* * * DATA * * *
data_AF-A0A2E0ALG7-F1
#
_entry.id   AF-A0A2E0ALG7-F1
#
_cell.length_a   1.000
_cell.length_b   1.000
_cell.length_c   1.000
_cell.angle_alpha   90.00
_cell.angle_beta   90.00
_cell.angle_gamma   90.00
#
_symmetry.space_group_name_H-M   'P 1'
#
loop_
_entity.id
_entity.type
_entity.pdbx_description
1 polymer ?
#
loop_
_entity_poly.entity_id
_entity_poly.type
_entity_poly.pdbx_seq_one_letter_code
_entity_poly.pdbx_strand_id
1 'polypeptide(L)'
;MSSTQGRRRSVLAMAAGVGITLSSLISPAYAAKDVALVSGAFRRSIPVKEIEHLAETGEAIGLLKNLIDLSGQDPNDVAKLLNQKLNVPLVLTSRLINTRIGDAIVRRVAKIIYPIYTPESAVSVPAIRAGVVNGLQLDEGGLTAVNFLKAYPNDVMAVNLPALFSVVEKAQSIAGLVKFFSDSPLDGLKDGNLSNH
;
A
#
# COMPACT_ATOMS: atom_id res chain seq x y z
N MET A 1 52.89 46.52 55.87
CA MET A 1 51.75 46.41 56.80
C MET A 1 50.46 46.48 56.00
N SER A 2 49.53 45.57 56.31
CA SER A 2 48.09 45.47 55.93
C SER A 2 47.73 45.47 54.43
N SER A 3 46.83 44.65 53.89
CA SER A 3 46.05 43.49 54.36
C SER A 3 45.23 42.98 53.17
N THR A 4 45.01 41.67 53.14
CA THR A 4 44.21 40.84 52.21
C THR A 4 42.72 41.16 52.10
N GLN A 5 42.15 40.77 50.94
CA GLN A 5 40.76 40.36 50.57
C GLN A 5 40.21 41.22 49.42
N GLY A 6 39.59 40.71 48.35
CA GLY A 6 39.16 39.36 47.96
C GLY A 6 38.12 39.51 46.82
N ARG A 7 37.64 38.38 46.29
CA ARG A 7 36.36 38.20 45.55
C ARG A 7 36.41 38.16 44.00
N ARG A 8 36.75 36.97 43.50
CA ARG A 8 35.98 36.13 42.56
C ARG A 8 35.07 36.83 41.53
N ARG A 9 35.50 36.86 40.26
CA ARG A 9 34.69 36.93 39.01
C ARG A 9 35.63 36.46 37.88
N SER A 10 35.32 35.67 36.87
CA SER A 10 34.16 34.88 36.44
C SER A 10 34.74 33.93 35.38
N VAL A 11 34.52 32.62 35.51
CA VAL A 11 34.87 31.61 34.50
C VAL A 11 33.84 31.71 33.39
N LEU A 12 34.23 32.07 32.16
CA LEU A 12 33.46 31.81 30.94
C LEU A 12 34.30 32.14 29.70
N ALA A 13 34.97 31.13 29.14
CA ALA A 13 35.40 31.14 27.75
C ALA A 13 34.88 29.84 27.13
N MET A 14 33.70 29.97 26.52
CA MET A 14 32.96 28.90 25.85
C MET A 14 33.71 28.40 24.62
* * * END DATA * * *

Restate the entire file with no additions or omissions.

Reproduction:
data_AF-A0A2E0ALG7-F1
#
_entry.id   AF-A0A2E0ALG7-F1
#
_cell.length_a   1.000
_cell.length_b   1.000
_cell.length_c   1.000
_cell.angle_alpha   90.00
_cell.angle_beta   90.00
_cell.angle_gamma   90.00
#
_symmetry.space_group_name_H-M   'P 1'
#
loop_
_entity.id
_entity.type
_entity.pdbx_description
1 polymer ?
#
loop_
_entity_poly.entity_id
_entity_poly.type
_entity_poly.pdbx_seq_one_letter_code
_entity_poly.pdbx_strand_id
1 'polypeptide(L)'
;MSSTQGRRRSVLAMAAGVGITLSSLISPAYAAKDVALVSGAFRRSIPVKEIEHLAETGEAIGLLKNLIDLSGQDPNDVAKLLNQKLNVPLVLTSRLINTRIGDAIVRRVAKIIYPIYTPESAVSVPAIRAGVVNGLQLDEGGLTAVNFLKAYPNDVMAVNLPALFSVVEKAQSIAGLVKFFSDSPLDGLKDGNLSNH
;
A
#
# COMPACT_ATOMS: atom_id res chain seq x y z
N MET A 1 52.89 46.52 55.87
CA MET A 1 51.75 46.41 56.80
C MET A 1 50.46 46.48 56.00
N SER A 2 49.53 45.57 56.31
CA SER A 2 48.09 45.47 55.93
C SER A 2 47.73 45.47 54.43
N SER A 3 46.83 44.65 53.89
CA SER A 3 46.05 43.49 54.36
C SER A 3 45.23 42.98 53.17
N THR A 4 45.01 41.67 53.14
CA THR A 4 44.21 40.84 52.21
C THR A 4 42.72 41.16 52.10
N GLN A 5 42.15 40.77 50.94
CA GLN A 5 40.76 40.36 50.57
C GLN A 5 40.21 41.22 49.42
N GLY A 6 39.59 40.71 48.35
CA GLY A 6 39.16 39.36 47.96
C GLY A 6 38.12 39.51 46.82
N ARG A 7 37.64 38.38 46.29
CA ARG A 7 36.36 38.20 45.55
C ARG A 7 36.41 38.16 44.00
N ARG A 8 36.75 36.97 43.50
CA ARG A 8 35.98 36.13 42.56
C ARG A 8 35.07 36.83 41.53
N ARG A 9 35.50 36.86 40.26
CA ARG A 9 34.69 36.93 39.01
C ARG A 9 35.63 36.46 37.88
N SER A 10 35.32 35.67 36.87
CA SER A 10 34.16 34.88 36.44
C SER A 10 34.74 33.93 35.38
N VAL A 11 34.52 32.62 35.51
CA VAL A 11 34.87 31.61 34.50
C VAL A 11 33.84 31.71 33.39
N LEU A 12 34.23 32.07 32.16
CA LEU A 12 33.46 31.81 30.94
C LEU A 12 34.30 32.14 29.70
N ALA A 13 34.97 31.13 29.14
CA ALA A 13 35.40 31.14 27.75
C ALA A 13 34.88 29.84 27.13
N MET A 14 33.70 29.97 26.52
CA MET A 14 32.96 28.90 25.85
C MET A 14 33.71 28.40 24.62